Board Certified Family Law Specialist Matt Arnold answers the question: “What does a “No-Fault’ divorce mean in NC?”
Apparently, the COVID-19 pandemic and its stay-at-home orders throughout the country have wreaked havoc on marriages. Or at least that is what a new analysis of court filings in Charlotte, North Carolina, shows.
The analysis conducted by Charlotte Ledger Business Newsletter shows that divorce rates have spiked in Charlotte and across Mecklenburg County in the previous year. The analysis showed that there were more divorces in June than in any of the previous 12 months.
If your marriage hit the rocks during the coronavirus pandemic, consult with a Charlotte divorce attorney at Arnold & Smith, PLLC, to discuss your options and learn about North Carolina’s divorce laws.
Are You Eligible to File for Divorce in Charlotte, North Carolina?
You could be eligible to file for divorce in Charlotte, Monroe, Lake Norman, and other parts of North Carolina if you lived in the state for at least six months before filing the petition. That is not the only requirement for divorce in North Carolina.
To be eligible to file for divorce in North Carolina, spouses must have lived separately one consecutive year or longer before the filing. However, if you reconciled and started living together for any reason, the separation period ends, and you must live apart for another 12 consecutive months to comply with the separation requirement in North Carolina. In certain cases, you may be able to get a divorce without waiting a year.
Also, you must pay a $225 filing fee in order to file for divorce in the State of North Carolina.
Grounds for Divorce in North Carolina
Since North Carolina is a no-fault divorce state, you are not required to provide a reason for seeking a divorce or prove that your spouse engaged in marital misconduct to obtain a divorce. However, fault may still be considered in some divorce cases, especially if you are requesting a divorce from bed and board.
By requesting a divorce from bed and board, you can ensure that your spouse’s marital fault is taken into account when dividing property and establishing alimony, child support, and child custody. In North Carolina, you can request a divorce from bed and board if your spouse engaged in any of the following forms of marital misconduct:
- Excessive use of alcohol, drugs, or controlled substances
- Cruel or barbarous treatment or humiliation
- Malicious turning out-of-doors
- Indignities that endanger your life or make it burdensome
Getting a Divorce in North Carolina
The divorce process begins when one party files divorce papers with the clerk of court of their county. After the filing, the respondent spouse will be served with divorce papers. Most often, the service of process is conducted via certified mail.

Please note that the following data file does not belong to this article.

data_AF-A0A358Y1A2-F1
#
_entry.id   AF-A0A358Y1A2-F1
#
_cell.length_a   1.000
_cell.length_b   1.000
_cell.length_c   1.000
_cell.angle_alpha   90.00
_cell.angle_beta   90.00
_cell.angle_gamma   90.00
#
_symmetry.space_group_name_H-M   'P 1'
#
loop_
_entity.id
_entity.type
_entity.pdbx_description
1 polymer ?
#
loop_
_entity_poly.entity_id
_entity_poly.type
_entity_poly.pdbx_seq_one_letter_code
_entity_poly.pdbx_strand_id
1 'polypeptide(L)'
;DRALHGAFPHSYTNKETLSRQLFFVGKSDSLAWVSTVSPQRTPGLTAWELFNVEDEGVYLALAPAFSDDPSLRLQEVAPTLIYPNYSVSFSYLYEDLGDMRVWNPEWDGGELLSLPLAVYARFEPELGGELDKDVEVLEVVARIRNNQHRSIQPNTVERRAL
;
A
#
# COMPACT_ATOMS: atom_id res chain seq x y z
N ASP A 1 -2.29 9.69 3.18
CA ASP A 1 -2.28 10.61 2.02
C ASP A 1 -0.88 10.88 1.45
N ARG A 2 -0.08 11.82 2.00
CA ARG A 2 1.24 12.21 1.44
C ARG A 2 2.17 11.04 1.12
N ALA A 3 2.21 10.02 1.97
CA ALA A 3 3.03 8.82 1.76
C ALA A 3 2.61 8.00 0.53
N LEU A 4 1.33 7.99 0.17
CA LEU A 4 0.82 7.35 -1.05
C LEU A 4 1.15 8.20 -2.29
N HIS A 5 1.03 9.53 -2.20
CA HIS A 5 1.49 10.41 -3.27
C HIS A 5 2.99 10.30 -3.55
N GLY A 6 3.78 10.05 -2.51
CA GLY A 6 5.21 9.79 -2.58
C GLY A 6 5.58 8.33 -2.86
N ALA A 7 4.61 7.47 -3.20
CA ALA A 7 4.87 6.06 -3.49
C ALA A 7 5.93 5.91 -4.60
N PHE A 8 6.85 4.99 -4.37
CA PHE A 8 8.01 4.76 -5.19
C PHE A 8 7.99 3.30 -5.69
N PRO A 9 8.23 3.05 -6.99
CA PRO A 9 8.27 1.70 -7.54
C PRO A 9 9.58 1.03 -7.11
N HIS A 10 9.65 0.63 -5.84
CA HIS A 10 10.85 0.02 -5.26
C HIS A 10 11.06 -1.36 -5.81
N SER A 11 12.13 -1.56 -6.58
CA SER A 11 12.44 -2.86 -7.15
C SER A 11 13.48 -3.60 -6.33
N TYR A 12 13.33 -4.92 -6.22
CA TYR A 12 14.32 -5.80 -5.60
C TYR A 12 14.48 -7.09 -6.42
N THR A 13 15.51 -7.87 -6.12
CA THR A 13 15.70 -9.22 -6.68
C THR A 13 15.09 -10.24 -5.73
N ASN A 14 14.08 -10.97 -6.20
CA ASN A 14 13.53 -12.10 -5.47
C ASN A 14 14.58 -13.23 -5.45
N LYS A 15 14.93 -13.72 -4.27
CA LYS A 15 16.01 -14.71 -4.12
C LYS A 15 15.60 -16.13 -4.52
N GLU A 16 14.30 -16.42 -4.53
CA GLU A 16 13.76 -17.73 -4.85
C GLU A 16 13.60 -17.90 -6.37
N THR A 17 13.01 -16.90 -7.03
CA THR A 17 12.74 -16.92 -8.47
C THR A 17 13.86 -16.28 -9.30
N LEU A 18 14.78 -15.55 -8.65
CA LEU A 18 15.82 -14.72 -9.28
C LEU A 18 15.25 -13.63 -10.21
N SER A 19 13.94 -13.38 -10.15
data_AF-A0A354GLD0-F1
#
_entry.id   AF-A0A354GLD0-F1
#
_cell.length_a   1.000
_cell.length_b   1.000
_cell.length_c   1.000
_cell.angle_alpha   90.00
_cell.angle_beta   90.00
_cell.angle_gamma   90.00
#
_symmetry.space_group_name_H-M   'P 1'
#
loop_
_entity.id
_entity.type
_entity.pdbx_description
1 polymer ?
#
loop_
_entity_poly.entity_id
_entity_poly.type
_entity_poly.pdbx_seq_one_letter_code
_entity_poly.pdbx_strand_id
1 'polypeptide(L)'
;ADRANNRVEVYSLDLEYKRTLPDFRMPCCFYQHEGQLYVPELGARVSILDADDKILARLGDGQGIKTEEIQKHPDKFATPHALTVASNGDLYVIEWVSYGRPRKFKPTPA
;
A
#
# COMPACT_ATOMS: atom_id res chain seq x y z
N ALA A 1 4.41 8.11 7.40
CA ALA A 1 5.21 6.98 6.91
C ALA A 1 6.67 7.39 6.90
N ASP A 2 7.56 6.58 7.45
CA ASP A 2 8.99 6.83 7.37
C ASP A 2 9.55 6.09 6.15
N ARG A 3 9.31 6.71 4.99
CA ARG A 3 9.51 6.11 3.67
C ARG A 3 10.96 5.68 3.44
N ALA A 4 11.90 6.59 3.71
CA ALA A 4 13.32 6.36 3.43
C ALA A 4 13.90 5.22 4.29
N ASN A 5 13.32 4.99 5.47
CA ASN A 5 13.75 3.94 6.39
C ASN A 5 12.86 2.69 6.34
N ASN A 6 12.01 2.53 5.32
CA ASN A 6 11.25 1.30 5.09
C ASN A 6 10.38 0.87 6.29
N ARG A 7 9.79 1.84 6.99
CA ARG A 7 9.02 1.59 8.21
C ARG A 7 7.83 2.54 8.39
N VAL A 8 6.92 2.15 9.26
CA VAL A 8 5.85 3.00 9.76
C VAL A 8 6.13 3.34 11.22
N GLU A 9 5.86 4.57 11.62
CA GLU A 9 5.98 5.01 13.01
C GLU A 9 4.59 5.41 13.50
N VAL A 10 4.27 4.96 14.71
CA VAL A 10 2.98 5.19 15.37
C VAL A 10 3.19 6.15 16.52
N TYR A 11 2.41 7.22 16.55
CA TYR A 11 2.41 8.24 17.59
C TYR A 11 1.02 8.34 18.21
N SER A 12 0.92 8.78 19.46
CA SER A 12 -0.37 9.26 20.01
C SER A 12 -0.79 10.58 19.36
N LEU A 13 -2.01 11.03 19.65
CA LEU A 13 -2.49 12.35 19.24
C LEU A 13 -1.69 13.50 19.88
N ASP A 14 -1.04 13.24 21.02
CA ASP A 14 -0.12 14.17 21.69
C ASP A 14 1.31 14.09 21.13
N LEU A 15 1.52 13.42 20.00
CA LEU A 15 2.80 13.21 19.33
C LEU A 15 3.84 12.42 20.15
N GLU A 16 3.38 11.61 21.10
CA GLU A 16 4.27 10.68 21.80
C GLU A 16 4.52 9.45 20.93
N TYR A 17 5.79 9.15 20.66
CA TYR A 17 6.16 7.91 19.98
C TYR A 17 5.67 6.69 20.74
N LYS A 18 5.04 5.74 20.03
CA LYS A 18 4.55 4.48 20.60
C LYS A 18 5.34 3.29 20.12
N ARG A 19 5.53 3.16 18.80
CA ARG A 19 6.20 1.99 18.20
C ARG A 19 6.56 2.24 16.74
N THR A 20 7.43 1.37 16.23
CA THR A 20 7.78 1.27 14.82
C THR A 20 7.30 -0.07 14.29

Then, if you and your spouse agree on all or most of the divorce issues, you can try mediation, which is a less expensive and quicker way to finalize your divorce in North Carolina. However, if there are many contested issues involved, you may have to take your divorce case to court. Either way, it is best to be represented by an experienced divorce lawyer in North Carolina to protect your rights and help you obtain the most favorable outcome. Get a phone or video consultation by calling at (704) 370-2828 to speak with our detail-oriented and well-versed lawyers with offices in Charlotte, Lake Norman, and Monroe, please contact Arnold & Smith, PLLC today or find additional resources here.
The family law practice group at Arnold & Smith, PLLC includes two Board-Certified Family Law specialists and one Child Welfare Law specialist, as well as several attorneys with many years of family law experience that are committed to providing a powerful voice to individuals facing the often-tumultuous issues in this area of law. The range of issues our family law clients may be facing include pre- and post-nuptial agreements; separation agreements; post-separation support; child support (both temporary and permanent); absolute divorce; divorce from bed and board; military divorce; equitable distribution of assets; child custody (both temporary and permanent); retirement benefits and divorce; alimony and spousal support; adoption; and emancipation. Because this area of the law is usually emotionally charged and complicated, the family law attorneys at Arnold & Smith, PLLC act with the utmost dedication to ensure that each client understands his or her options, and then act to achieve the best result possible for that client’s particular situation.
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